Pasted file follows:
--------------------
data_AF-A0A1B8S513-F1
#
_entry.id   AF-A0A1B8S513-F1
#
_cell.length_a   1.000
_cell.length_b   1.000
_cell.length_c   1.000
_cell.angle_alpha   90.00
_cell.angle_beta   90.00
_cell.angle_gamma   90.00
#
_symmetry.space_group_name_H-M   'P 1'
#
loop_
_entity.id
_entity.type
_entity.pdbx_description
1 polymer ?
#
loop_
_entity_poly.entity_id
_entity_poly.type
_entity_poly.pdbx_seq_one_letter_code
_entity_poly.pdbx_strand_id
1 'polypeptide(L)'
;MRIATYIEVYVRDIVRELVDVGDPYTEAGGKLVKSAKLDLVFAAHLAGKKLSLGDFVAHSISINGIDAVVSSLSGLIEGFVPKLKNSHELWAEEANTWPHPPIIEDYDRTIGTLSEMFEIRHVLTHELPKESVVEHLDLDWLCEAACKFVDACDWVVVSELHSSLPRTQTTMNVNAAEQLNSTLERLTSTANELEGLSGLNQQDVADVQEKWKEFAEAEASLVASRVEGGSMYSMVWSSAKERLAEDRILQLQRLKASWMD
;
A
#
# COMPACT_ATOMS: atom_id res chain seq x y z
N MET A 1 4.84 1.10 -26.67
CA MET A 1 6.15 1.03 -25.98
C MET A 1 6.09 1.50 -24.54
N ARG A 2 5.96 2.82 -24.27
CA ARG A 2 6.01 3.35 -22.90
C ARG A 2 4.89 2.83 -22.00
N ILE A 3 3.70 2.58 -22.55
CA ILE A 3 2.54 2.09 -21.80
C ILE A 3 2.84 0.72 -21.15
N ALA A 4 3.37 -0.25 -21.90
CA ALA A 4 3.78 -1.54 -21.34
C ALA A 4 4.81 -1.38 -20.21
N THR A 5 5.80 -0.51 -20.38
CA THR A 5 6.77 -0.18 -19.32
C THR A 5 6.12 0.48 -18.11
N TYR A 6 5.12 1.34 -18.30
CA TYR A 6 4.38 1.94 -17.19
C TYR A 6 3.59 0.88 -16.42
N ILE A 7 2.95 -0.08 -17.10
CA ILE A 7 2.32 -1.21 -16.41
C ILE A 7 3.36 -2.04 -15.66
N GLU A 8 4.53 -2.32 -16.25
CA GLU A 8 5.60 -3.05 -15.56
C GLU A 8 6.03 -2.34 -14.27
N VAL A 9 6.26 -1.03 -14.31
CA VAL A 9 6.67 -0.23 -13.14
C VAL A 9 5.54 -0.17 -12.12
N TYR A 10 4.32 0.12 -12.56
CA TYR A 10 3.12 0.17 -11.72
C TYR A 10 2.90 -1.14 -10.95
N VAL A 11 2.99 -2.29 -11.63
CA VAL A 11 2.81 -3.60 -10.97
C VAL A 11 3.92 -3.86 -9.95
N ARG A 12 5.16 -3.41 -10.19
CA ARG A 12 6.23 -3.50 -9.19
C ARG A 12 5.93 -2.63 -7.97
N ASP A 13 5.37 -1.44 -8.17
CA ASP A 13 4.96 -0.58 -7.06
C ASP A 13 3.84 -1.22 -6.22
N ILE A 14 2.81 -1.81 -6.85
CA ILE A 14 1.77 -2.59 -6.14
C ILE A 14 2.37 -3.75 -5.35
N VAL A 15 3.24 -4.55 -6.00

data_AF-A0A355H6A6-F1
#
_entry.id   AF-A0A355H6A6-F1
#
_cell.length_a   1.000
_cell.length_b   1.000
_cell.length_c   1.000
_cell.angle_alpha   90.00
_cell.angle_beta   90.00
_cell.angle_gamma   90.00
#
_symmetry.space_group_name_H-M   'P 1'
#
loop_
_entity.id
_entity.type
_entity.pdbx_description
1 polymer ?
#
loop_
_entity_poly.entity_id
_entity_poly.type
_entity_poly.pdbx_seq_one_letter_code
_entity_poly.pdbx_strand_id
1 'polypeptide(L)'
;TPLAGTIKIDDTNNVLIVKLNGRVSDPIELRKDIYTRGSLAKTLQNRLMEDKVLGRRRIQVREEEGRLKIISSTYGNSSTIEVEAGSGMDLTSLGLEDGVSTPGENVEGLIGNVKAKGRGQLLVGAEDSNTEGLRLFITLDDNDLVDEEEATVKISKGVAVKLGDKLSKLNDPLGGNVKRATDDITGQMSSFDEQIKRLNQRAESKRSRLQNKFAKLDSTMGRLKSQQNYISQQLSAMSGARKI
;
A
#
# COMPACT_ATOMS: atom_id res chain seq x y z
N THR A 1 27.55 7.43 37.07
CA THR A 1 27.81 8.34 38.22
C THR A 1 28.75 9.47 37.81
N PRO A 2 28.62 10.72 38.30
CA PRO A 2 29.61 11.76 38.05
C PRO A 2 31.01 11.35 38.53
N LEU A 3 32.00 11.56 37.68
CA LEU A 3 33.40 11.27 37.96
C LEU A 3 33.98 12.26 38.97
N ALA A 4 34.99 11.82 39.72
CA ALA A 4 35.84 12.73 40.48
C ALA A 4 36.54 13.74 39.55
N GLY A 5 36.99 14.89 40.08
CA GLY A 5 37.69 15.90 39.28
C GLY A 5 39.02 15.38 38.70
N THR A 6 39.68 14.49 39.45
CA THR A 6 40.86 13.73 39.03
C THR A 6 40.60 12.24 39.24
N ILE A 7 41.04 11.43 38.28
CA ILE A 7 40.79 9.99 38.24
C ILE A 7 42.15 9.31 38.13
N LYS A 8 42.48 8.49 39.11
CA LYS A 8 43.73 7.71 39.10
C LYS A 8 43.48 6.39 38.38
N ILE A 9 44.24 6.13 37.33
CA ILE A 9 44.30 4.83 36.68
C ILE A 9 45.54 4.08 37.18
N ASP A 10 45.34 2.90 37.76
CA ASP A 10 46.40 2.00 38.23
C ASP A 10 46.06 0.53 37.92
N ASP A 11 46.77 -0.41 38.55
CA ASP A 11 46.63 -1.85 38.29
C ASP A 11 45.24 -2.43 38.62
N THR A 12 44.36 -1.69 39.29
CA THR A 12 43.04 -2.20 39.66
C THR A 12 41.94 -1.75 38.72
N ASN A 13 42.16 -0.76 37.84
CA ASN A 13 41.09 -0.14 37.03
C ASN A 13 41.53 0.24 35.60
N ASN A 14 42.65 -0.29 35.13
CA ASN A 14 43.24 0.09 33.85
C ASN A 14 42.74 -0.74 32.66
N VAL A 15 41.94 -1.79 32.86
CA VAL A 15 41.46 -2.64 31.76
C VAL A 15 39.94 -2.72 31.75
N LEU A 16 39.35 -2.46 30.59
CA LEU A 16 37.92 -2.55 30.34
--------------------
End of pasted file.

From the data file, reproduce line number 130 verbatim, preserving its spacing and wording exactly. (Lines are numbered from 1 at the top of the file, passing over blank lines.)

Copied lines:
C ILE A 9 45.54 4.08 37.18